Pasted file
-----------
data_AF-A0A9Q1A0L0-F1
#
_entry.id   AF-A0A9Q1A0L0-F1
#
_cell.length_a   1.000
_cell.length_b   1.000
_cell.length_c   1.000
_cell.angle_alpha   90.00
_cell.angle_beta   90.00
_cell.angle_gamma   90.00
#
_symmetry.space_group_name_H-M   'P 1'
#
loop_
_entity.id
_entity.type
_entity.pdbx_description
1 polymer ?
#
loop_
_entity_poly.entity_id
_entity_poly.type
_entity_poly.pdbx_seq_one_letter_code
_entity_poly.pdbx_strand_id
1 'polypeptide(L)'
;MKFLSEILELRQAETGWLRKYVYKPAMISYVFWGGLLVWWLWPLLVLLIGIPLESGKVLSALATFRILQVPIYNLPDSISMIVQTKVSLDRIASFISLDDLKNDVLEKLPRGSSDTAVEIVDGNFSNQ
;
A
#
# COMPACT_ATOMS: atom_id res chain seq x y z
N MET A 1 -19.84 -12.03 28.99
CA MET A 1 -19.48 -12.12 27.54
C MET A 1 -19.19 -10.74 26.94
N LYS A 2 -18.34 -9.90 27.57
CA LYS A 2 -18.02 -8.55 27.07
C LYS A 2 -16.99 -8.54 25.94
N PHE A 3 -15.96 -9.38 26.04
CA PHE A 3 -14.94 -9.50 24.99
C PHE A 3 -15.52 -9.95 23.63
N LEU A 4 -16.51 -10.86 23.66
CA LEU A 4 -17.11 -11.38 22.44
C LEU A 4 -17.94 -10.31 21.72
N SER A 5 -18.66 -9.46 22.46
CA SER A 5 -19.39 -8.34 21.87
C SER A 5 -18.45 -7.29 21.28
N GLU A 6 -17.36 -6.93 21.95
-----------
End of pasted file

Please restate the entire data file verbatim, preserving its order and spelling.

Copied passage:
data_AF-A0A9Q1A0L0-F1
#
_entry.id   AF-A0A9Q1A0L0-F1
#
_cell.length_a   1.000
_cell.length_b   1.000
_cell.length_c   1.000
_cell.angle_alpha   90.00
_cell.angle_beta   90.00
_cell.angle_gamma   90.00
#
_symmetry.space_group_name_H-M   'P 1'
#
loop_
_entity.id
_entity.type
_entity.pdbx_description
1 polymer ?
#
loop_
_entity_poly.entity_id
_entity_poly.type
_entity_poly.pdbx_seq_one_letter_code
_entity_poly.pdbx_strand_id
1 'polypeptide(L)'
;MKFLSEILELRQAETGWLRKYVYKPAMISYVFWGGLLVWWLWPLLVLLIGIPLESGKVLSALATFRILQVPIYNLPDSISMIVQTKVSLDRIASFISLDDLKNDVLEKLPRGSSDTAVEIVDGNFSNQ
;
A
#
# COMPACT_ATOMS: atom_id res chain seq x y z
N MET A 1 -19.84 -12.03 28.99
CA MET A 1 -19.48 -12.12 27.54
C MET A 1 -19.19 -10.74 26.94
N LYS A 2 -18.34 -9.90 27.57
CA LYS A 2 -18.02 -8.55 27.07
C LYS A 2 -16.99 -8.54 25.94
N PHE A 3 -15.96 -9.38 26.04
CA PHE A 3 -14.94 -9.50 24.99
C PHE A 3 -15.52 -9.95 23.63
N LEU A 4 -16.51 -10.86 23.66
CA LEU A 4 -17.11 -11.38 22.44
C LEU A 4 -17.94 -10.31 21.72
N SER A 5 -18.66 -9.46 22.46
CA SER A 5 -19.39 -8.34 21.87
C SER A 5 -18.45 -7.29 21.28
N GLU A 6 -17.36 -6.93 21.95